Early in the second quarter with the game 7-7 and Tech looking at second and three at the four, he took the snap, ran left, but found the hole rudely closed by linebacker Juwon Young. Jordan lost the ball and Miami DB Jamal Carter recovered. It was the Jackets’ first red zone turnover since last year’s regular season finale at Georgia.

Miami cashed in as QB Brad Kaaya hit on pass plays of 42 and 46 yards setting up running Mark Walton’s four-yard TD run to put Miami ahead for good, 14-7. The drive covered 97 yards, required six plays and used up a mere 3:22. It also unleashed an avalanche that buried the Jackets.

Tech’s ensuing drive, saw another of those plays that’s personified its luck this season. With second and five at their 40, B-Back Patrick Skov ran up the middle. While his progress was stopped, a gang of ‘Canes’ defenders kept ripping at the ball. It would come loose and D-lineman Ufomba Kamalu was soon taking it the other way.

Tech wide receiver Ricky Jeune, refusing to give up on the play, caught the lumbering 6-6, 297-pound Kamalu at the goal line and knocked the ball out.

It was similar to the hustle play cornerback D.J. White made last Oct. 25 at Pittsburgh, when he ran down running back James Conner from behind, stripped him of the ball and Tech recovered the ball in the end zone for a momentum-swinging play.

But this being 2015, the ball rolled into the end zone and was covered by Miami linebacker Jermaine Grace.

The final insult of the first half followed a 19-yard punt by Tech’s Ryan Rodwell that gave the ‘Canes the ball at the Tech 44 with 18 seconds remaining. Miami would get a career-long 57-yard field goal by kicker Michael Badgely on the final play of the half to extend the lead to 24-7.

The kick was the second of at least 55 yards against the Jackets this year (Pittsburgh’s Chris Blewitt hit a game-winning 56-yarder as time expired Oct. 17) — the first time that’s happened since 1980, and the kick tied for the second-longest opposing field goal ever against the Jackets (behind only Tennessee’s Fred Reveiz, who hit a 60-yarder on Oct. 23, 1982).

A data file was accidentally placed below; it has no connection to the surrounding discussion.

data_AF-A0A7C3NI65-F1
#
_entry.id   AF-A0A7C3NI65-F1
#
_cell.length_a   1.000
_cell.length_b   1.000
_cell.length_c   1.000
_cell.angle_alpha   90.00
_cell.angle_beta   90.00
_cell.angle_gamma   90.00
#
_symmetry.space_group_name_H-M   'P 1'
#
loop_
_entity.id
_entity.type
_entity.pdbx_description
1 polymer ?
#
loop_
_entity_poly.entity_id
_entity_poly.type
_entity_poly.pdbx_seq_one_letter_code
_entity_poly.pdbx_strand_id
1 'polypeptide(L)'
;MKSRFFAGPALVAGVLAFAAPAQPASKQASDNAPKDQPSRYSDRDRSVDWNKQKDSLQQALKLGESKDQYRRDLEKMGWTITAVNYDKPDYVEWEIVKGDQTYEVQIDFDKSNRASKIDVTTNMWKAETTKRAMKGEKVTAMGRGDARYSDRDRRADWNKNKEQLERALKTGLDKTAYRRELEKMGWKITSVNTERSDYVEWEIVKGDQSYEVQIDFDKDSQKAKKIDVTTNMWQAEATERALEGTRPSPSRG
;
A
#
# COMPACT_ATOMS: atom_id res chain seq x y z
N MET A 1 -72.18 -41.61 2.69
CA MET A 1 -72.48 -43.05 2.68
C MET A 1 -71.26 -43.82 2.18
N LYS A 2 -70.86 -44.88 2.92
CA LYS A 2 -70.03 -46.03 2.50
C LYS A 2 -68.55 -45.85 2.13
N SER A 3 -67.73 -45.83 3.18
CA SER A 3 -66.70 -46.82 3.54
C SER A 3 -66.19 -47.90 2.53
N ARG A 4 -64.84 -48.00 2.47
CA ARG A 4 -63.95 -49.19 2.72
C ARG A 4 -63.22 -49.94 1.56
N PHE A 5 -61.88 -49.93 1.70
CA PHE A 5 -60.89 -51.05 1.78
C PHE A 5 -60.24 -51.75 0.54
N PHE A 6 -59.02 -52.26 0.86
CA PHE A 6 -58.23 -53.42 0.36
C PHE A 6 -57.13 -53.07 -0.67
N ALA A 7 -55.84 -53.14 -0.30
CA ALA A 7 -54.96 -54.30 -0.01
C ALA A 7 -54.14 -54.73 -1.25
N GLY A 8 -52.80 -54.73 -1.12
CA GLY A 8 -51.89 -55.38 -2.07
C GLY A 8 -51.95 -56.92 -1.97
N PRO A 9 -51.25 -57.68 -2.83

The second half saw more of the same issues. A wide receiver pass slipped out of the hands of freshman Brad Stewart and was easy pickin’s for Miami’s defense, which had let Jeune get 15 yards behind them.

Even the weather ganged up on the Jackets in the second half, as lightning forced a 30-minute delay.

Once the weather cleared, the Jackets showed their resolve, twice punching the ball in, with Jordan and Clinton Lynch each recording three-yard TD runs. But the scores sandwiched a lightning-quick Miami scoring drive.

One bright note, the two late scores did allow kicker Harrison Butker to convert his third PAT of the game, giving him 161 for his career, moving him past Luke Manget as the school’s all-time leader.

For the Jackets, the loss gave them a final conference record of 1-7, with the lone win the upset of Florida State.

“I’ve never had anything like this,” Johnson said. “I don’t have any answers for you. I know people are frustrated. I’m frustrated.”

Johnson, as he’s been all season, then summoned up his pride as a competitor and, as he’s asked of his team, began the process of flushing the loss and pointing toward next Saturday against Georgia.

“It’s disappointing. [We’ve] got one left,” he said. “Try to go back, correct the mistakes. It’s like a broken record—same old, same old.”